Although I was a bit disappointed with the previous book in the series featuring Baltimore Private Eye Tess Monaghan, I found this one much more satisfying.
Tess and Crow’s little girl, Carla Scout, is now three years old, and a bit of a handful. Still, although Tess often feels like a failure as a mother, as well as frustrated, hamstrung, and sometimes even bored, she can’t relate at all to mothers who intentionally kill their children.
When Tyner Gray, longtime friend and now relation-by-marriage, asks Tess and her work partner Sandy to help out with a new case he has involving one such mother, she reluctantly agrees because she could use the money. Tyner is representing Melisandre (“Missy”) Harris Dawes, who left her baby in a hot car to die twelve years earlier and was acquitted by reason of criminal insanity. It turns out that Missy also had been involved with Tyner before her marriage to the successful businessman Stephen Dawes.
Stephen is now remarried with a new baby, and has custody of the two surviving daughters from his marriage to Missy. Missy has returned to Baltimore to see if she can get her daughters back. In addition, she has hired someone to make a documentary about her case in order to educate people about criminal insanity, and to show how society is reluctant to accept such a verdict and grant forgiveness.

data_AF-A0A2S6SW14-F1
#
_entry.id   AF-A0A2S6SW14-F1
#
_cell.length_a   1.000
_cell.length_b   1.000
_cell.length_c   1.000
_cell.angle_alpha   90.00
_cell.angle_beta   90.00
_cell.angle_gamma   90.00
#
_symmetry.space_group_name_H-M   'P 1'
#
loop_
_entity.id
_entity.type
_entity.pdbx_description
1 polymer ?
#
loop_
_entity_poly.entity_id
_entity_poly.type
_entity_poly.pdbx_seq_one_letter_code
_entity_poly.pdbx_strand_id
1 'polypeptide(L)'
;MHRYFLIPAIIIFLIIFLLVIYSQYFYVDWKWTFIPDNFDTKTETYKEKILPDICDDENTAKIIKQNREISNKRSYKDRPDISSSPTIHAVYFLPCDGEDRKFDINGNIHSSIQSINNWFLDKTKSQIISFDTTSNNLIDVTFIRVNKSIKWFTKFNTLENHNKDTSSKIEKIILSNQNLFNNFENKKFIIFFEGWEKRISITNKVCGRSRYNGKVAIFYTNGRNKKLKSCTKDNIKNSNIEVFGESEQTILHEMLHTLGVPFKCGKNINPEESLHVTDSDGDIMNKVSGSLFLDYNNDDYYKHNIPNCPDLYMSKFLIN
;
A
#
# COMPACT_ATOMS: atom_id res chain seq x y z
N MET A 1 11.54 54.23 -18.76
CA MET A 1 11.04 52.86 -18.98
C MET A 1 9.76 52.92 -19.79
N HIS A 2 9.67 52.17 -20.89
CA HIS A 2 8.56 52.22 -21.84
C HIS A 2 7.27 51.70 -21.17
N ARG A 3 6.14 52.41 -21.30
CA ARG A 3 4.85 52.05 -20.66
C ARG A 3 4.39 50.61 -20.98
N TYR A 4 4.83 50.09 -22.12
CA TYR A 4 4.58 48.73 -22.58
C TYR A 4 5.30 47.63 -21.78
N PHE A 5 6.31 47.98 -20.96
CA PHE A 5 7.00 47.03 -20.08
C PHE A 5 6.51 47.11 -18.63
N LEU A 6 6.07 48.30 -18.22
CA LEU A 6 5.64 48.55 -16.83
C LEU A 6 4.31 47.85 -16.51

But matters take a violent turn, and everyone involved is in danger, including Tess. While the pool of possibly guilty people is small, the case is complicated by the fact that almost all of the suspects are very unreliable narrators.
Evaluation: Readers get to spend a lot of time with Tess in this installment, and to enjoy her self-deprecating sense of humor and her love of Baltimore. Moreover, many will relate to Tess’s struggles with her new existence as a parent.
Published by William Morrow, and imprint of HarperCollins Publishers, 2015
Note: The publisher has a fun site dedicated to this book that features character profiles, audio excerpts, an interactive map of Baltimore, and weekly contests! You can check it out here.
In addition, you can find out more about famous Berger’s Cookies online. (These are the ones that Tess’s boyfriend, Crow, would never eat, but that play an important role in this story, and are the one thing I regularly beg my sisters to mail to me). Their website is here.